Virginia’s Republican party leadership is a little bit nervous about this thing, “democracy,” that occasionally turns up results at odds with the agreed-upon election outcomes devised among their secret society of Ogre Kings, so this Super Tuesday they will be requiring voters to sign over their souls with a promise to support the eventual GOP nominee in the general election as a condition for being able to cast a ballot in the primary. Since the state has an open primary and Mitt Romney and Ron Paul were the only two candidates organized enough to qualify, we can think of this mostly as a STAY AWAY sign for the apocryphal hordes of librul anti-war, pot legalization-supporter hippies that Republicans fear will turn out to stoke mischief with a primary vote for Ron Paul. And yet, many voters are not exactly thrilled about this weird attempt at MIND CONTROL.
“To be fair” or whatever, voters were also Not Cool with a similar oath that the party tried to require in 2008, and it was eventually struck down amid wide revolt. Given that this was an enormous failure, uh, just try it again? SURE, seems like everyone is way more excited about it this time around.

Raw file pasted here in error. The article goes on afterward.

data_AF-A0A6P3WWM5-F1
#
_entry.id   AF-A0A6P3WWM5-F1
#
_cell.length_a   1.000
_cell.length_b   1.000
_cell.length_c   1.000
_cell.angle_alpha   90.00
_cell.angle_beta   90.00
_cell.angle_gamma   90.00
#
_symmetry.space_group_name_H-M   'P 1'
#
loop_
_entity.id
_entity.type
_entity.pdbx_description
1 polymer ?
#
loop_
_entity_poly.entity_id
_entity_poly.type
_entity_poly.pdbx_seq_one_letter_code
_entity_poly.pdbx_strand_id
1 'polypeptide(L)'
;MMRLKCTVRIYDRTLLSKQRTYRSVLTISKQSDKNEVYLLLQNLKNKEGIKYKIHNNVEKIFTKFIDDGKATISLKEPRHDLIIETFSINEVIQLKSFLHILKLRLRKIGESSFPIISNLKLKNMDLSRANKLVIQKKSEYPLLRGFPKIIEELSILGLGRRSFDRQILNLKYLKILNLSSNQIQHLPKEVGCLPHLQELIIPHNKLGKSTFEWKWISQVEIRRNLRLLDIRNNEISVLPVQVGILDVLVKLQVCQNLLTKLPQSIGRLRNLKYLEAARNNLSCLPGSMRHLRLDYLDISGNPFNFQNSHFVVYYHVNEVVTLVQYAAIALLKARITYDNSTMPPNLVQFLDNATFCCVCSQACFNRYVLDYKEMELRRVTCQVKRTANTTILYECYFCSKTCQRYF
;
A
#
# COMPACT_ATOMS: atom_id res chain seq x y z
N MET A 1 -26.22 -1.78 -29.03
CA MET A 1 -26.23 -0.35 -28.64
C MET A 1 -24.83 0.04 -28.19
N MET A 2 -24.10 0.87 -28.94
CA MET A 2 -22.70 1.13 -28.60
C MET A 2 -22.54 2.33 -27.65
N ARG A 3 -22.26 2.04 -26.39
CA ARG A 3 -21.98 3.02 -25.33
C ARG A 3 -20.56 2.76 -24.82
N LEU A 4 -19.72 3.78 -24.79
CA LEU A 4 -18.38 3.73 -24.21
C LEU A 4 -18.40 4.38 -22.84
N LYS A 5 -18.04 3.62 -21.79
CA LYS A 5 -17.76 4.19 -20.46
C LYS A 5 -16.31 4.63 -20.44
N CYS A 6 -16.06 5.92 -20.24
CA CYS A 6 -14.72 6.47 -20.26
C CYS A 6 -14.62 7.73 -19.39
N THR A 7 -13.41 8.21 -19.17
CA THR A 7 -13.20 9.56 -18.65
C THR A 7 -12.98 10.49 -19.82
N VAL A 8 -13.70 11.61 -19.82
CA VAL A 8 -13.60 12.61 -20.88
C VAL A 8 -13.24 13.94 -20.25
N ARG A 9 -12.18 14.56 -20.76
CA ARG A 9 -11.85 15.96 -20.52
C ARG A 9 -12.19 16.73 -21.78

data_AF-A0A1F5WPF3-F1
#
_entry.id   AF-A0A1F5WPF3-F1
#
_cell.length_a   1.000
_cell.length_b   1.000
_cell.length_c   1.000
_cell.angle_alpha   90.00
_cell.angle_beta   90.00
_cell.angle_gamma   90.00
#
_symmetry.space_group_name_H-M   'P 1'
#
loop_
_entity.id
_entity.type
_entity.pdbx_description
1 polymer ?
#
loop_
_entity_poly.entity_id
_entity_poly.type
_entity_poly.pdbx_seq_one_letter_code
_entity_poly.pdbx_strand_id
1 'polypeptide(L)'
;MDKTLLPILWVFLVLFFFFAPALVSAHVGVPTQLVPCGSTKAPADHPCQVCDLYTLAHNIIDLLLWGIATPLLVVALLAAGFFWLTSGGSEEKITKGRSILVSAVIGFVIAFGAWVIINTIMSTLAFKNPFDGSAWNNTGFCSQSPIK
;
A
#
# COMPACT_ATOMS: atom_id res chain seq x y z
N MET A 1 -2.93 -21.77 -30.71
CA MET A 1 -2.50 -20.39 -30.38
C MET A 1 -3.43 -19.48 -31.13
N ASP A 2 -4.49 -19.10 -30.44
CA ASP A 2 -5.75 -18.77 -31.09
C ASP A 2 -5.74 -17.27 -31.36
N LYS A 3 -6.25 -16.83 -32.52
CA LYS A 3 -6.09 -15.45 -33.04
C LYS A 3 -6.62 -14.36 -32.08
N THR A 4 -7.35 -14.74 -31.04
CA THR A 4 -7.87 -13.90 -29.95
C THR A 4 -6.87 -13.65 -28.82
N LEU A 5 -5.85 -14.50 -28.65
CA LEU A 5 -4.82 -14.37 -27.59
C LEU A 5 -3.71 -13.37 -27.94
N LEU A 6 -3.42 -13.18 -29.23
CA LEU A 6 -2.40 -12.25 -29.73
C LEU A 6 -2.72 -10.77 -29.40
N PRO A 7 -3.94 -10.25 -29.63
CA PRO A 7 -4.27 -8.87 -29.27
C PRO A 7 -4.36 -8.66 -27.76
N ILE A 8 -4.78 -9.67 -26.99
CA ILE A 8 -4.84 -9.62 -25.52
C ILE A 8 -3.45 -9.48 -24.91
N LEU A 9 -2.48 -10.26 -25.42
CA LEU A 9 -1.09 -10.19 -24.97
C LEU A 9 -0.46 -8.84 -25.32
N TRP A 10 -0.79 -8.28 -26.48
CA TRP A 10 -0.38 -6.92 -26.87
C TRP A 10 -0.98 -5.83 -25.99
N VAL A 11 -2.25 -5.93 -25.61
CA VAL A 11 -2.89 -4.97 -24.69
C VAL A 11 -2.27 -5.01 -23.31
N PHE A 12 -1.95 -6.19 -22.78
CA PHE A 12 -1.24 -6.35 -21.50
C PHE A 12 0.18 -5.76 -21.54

[Virginia GOP delegate Bob] Marshall Thursday called on Virginia Republican leaders to ask state election officials to undo their approval of the loyalty oath, casting it as the wrong approach to protect the integrity of the primary.
“Loyalty oaths are detested by many good Republicans who solidly back our party’s principles and who have never voted for a Democrat in their lives,” the Prince William County Republican said in a statement.
Marshall also questioned the fiscal wisdom of “requiring Virginia election workers to enforce a Republican loyalty oath in a primary paid for by the general taxpayer.”
At the request of the Virginia GOP, the State Board of Election Wednesday approved a plan to present primary voters with a pledge affirming they will support the eventual GOP nominee as a condition of voting in the presidential nominating contest.
PSSST, they can’t actually make anyone prove they will follow the pledge, like all such annoying pledges. Maybe just a “no gun, no vote” sign out front would be more effective? [Richmond Times-Dispatch/ HamptonRoads.com]